c/o Ontario Public Health Association 700 Lawrence Avenue West, Suite 310 Toronto, ON M6A 3B4 Tel: (416) 367-3313 x247 (Toll-free 1-800-267-6817 x 247) Fax: (416) 367-2844 [email protected] http://www.nutritionrc.ca
The Nutrition Resource Centre website includes resources, programs, a list serv, and news and events.
For more information contact Lee Rysdale, MEd, RD, Program Coordinator, Nutrition Resource Centre, at the coordinates above.
NutriSTEP® (Nutrition Screening Tool for Every Preschooler) is a fast and simple way to assess eating habits and identify nutrition problems early in young children 3–5 years of age. The NutriSTEP® questionnaire includes 17 items covering: food and nutrient intake, physical growth, developmental and physical capabilities, physical activity, food security and the feeding environment.
Hear Me, Understand Me, Support Me: What Young Women Want You to Know about Depression explores the diverse challenges that young women experience in relation to depression; prevention strategies; healthy helping relationships; the dos and don’ts of working with young women; and referrals and resources that can provide more information.
The Policy Consensus Conference materials are available on the Chronic Disease Prevention Alliance of Canada (CDPAC) website including the consensus statement and the Healthy Weights for Healthy Kids report by the Standing Committee on Health, March 2007. Available at http://www.cdpac.ca/content.php?doc=107.
The Chronic Disease Prevention Alliance of Canada (CDPAC) Position Statement on Obesity and the Impact of Marketing on Children is available on the CDPAC website at http://www.cdpac.ca/content.php?doc=133.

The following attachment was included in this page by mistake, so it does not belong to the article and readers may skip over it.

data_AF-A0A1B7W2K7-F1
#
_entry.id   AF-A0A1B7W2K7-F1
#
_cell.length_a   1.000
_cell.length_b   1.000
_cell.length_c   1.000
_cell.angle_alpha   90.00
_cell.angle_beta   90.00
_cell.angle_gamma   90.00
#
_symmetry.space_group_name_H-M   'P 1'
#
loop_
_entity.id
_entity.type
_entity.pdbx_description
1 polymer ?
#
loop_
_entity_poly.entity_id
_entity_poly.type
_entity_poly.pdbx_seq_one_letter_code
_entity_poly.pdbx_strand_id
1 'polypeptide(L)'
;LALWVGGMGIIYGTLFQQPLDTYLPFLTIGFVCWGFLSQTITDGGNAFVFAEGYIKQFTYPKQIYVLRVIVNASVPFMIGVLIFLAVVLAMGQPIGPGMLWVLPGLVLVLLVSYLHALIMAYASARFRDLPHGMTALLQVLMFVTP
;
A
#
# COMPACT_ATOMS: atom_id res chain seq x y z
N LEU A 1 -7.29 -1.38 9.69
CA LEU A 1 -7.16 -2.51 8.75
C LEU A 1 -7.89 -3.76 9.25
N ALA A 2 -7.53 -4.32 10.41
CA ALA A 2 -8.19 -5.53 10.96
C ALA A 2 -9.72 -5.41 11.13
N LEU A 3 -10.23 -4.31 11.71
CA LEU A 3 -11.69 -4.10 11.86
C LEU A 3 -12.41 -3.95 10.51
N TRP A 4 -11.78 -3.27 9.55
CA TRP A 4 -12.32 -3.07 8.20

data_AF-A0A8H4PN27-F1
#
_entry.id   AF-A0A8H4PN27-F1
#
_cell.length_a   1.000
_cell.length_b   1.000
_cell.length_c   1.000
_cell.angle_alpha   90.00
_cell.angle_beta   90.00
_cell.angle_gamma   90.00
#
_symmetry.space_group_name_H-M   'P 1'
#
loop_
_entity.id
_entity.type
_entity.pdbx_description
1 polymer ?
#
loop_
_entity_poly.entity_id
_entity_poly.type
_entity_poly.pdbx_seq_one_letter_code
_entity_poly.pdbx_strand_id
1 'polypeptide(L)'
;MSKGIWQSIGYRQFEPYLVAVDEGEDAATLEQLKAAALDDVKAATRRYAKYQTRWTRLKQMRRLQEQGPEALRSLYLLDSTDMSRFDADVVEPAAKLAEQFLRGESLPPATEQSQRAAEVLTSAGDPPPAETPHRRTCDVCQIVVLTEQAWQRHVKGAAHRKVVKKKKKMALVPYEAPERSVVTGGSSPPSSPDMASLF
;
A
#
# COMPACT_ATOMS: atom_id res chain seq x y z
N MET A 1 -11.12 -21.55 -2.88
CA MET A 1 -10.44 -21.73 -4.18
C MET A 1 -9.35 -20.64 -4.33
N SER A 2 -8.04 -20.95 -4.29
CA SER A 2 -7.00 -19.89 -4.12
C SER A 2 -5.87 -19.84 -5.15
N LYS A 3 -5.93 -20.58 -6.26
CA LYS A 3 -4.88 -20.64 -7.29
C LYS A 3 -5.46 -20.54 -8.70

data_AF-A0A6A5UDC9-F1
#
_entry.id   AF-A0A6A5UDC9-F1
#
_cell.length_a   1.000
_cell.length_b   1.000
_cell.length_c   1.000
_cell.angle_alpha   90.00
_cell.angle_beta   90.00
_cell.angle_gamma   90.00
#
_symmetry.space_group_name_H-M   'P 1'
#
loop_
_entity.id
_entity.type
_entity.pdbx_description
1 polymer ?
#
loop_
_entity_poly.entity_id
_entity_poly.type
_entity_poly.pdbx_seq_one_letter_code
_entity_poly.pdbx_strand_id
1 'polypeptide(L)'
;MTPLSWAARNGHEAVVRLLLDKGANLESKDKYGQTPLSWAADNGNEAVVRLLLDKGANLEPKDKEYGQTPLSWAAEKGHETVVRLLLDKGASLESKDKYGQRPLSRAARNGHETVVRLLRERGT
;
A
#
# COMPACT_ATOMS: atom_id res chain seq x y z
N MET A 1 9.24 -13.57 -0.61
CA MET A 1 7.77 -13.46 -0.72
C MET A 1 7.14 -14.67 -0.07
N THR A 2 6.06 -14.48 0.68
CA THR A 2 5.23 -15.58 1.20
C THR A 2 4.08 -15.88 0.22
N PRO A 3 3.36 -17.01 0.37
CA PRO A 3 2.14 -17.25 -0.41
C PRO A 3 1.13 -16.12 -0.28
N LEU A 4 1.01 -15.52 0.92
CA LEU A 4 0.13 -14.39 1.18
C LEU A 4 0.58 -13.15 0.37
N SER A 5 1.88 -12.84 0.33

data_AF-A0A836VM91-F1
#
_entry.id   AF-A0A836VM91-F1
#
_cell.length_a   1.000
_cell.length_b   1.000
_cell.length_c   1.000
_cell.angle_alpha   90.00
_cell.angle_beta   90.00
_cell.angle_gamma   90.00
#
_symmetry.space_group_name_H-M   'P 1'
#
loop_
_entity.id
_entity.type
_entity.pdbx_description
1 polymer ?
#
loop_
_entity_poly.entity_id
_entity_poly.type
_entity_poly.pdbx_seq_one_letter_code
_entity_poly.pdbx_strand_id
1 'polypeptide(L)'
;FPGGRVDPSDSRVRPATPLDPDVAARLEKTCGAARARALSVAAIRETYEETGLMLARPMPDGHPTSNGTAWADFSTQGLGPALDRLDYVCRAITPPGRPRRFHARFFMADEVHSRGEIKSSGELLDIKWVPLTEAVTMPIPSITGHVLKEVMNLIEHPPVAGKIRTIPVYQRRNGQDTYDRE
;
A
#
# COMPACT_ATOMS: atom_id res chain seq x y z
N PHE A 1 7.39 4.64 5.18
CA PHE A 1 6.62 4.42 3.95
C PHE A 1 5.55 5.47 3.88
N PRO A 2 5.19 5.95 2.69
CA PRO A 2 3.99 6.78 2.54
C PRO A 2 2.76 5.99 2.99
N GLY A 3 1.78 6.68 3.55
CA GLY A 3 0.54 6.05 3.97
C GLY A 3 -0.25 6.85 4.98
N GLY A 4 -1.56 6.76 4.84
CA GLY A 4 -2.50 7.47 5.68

Active Healthy Kids Canada has released its fifth Report Card on Physical Activity for Children and Youth. This year, the focus of the report is on the important role physical activity plays in facilitating learning and academic performance. Children and youth who are more physically active showed improved memory, concentration and attention span - leading to better results in school.
The report card also highlights inequities in physical activity - especially for low-income children and youth and those with disabilities.
III A Culture of Activity Case Study: Ophea's Living School Initiative
-- by Margaret MacNeill, PhD, Centre for Girls' and Women's Health and Physical Activity, Faculty of PE & Health, University of Toronto, [email protected]
Margaret MacNeill, is an associate professor at the University of Toronto in the Faculty of Physical Education and Health. She is also cross appointed to Public Health Sciences where she teaches health communication. Her current research interests include youth understandings of fitness and health, active media literacy, and media productions of obesity narratives and health scares.
Nestle, M. and Jacobson, M.F. (Jan/Feb 2000).Public Health Reports, Vol. 115, 12-25.
"The paper, "Halting the Obesity Epidemic: A Public Health Policy Approach," urges legislators, researchers, educators, businesses, urban planners, transportation experts, and nonprofit groups to approach obesity in a more creative way and to take immediate action. Specific recommendations include: * Mounting large scale mass-media campaigns to promote healthier diets and physical activity;